Two PT-17 Tuskegee Stearman aircraft remain. One is on static display in the Smithsonian, the other the Collings Foundation operates.
The Tuskegee Airmen were a group of African-Americans who served in the 447th bomber group and the 332nd Fighter Group of the United States Army Air Force during WWII. These young men included pilots, navigators, bombardiers, maintenance and support staff, instructors, and all the personnel who kept the planes in the air. They were named after the location where they trained, Tuskegee Airfield near Tuskegee, Alabama.
The Tuskegee Airmen were subjected to racial discrimination, both within and outside the Army. They were denied military leadership roles and skilled training because many believed they lacked qualifications for combat duty. Before 1940, African-Americans were barred from flying for the U.S. military. Civil rights organizations and the press exerted
pressure that resulted in the formation of the all African-American pursuit squadron. The Tuskegee Airmen overcame segregation and prejudice. They became one of the most highly respected fighter groups of World War II.
Most Tuskegee pilots first trained in PT-17 Stearman aircraft, also known as the Kaydet (PT stands for Primary Trainer). The Stearman is well known for its solid flying characteristics and rugged construction. Boeing built over 10,000 PT-17 Stearmans during the 1930s and 1940s. Thousands of pilots flew this plane first during WWII.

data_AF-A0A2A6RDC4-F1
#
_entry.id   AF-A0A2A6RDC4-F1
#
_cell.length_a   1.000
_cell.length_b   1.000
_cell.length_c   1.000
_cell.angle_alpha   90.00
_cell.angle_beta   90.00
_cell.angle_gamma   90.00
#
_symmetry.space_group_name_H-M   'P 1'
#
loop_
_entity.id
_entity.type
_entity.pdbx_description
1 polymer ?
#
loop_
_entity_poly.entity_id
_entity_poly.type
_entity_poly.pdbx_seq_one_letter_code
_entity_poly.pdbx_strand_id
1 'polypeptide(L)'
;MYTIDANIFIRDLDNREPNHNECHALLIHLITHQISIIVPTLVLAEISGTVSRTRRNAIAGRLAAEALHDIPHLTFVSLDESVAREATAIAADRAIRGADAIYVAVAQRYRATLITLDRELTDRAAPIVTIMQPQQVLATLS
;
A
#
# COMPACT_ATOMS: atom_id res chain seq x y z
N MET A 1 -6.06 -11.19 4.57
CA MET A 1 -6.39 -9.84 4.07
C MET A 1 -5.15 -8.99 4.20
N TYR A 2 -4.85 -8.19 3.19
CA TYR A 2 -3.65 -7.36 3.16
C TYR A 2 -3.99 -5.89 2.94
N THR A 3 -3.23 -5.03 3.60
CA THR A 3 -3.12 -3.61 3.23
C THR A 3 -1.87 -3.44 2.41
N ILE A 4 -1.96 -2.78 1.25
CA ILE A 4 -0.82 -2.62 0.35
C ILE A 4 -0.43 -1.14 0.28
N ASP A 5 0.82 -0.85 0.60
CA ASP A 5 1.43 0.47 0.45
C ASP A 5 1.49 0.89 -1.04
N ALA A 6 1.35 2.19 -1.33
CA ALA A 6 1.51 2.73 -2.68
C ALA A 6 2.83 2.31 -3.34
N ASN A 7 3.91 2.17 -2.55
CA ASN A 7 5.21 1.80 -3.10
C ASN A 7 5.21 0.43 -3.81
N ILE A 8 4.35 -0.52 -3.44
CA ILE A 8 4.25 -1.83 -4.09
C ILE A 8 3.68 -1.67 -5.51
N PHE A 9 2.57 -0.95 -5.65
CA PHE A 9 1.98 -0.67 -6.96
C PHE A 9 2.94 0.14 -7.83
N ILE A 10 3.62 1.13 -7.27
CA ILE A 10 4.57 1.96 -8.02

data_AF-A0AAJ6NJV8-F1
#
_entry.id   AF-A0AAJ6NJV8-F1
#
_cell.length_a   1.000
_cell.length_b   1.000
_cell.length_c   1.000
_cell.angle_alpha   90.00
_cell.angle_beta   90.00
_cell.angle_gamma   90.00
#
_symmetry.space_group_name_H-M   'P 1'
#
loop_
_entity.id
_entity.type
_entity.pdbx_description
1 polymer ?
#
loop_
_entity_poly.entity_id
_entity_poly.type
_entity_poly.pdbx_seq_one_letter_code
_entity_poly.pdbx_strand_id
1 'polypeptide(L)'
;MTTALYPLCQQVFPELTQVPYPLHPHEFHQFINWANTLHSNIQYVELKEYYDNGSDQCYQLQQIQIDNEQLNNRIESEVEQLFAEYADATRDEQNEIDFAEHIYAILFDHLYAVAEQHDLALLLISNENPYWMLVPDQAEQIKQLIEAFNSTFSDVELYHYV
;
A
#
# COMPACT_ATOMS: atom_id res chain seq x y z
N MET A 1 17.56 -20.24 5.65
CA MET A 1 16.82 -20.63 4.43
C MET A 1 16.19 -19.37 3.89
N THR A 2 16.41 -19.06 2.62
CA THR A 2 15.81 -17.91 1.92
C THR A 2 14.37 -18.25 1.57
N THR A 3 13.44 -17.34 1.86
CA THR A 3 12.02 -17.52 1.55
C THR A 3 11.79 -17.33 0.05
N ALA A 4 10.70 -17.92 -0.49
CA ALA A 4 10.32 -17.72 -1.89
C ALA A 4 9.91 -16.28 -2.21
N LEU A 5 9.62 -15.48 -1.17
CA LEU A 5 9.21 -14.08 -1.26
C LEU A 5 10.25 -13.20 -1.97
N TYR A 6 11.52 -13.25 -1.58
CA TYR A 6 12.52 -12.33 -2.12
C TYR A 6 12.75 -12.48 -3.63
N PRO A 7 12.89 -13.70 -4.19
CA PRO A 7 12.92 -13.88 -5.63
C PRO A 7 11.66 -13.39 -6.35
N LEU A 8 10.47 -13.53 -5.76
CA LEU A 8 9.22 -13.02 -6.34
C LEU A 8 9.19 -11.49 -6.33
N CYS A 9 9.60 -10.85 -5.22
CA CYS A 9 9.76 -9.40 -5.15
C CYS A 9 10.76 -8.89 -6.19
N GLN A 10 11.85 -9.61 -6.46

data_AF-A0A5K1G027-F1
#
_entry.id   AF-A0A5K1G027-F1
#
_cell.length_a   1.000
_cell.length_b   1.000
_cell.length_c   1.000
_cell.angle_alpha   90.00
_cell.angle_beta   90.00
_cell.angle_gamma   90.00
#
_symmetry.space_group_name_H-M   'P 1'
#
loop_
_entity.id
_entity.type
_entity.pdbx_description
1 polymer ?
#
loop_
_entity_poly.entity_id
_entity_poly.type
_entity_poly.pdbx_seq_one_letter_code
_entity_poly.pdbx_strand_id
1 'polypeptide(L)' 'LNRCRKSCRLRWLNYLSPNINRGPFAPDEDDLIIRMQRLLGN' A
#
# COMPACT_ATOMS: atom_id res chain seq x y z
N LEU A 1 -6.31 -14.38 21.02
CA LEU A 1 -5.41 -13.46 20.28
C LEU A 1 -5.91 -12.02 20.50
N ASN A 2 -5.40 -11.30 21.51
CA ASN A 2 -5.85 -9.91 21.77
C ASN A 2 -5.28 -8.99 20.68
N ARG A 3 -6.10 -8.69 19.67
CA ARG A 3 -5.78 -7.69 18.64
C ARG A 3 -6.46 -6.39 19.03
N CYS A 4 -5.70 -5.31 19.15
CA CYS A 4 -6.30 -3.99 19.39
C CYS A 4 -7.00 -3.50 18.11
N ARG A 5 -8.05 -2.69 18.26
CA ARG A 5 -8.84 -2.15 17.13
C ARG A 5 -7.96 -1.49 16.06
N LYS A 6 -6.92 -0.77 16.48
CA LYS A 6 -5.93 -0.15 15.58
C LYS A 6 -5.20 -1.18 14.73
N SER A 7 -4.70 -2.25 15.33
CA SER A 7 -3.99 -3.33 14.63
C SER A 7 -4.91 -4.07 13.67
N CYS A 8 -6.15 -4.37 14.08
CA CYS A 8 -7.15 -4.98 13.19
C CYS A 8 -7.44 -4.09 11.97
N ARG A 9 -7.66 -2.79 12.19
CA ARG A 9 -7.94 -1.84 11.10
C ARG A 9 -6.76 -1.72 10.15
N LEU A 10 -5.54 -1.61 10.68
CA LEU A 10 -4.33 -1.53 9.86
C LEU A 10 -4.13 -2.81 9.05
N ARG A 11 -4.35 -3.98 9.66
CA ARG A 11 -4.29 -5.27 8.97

Recently, the Collings Foundation acquired one of two known remaining PT-17s used to train Tuskegee pilots. Our Stearman (s/n 41-25454) is currently in Massachusetts. The other is in the Smithsonian. Stearman 41-25454 has a well documented history. The U.S. Army accepted the aircraft from Boeing’s Wichita Division in 1942. It was transferred to Tuskegee Institute Field, Alabama in 1943. Tuskegee Flight Instructor James J. Hyett (see picture middle right) used this Stearman on several training flights. On June 2nd, 1943 cadet Kermit Bailer made a forced landing in the aircraft, causing some damage. 41-25454 was repaired with 666.7 flying hours and was transferred to State Teachers College in Murfressboro, Tennessee. (Bailer went on to be a prominent civil rights lawyer in the Kennedy and Johnson Administrations). In November, 1944 this Stearman was sent to Bush Field, Augusta where it was stricken from U.S. Army records and moved to the Reconstruction Finance Corporation for sale.
In 1995, 41-25454 was purchased by Joseph Armstrong. It went through a meticulous restoration bringing it back to “factory new” condition. The aircraft was kept at Bradford County Airport, Towanda, PA until it was transferred to the Collings Foundation in 2015.
The Collings Foundation will continue to operate Stearman 41-25454 in honor of the Tuskegee Airmen. It flies as tribute to those who overcame racial discrimination and persevered against adversaries to become one of the greatest fighter pilot groups in United States history. The Tuskegee are credited with some 15,500 combat sorties and earned over 150 Distinguished Flying Crosses for their achievements during WWII.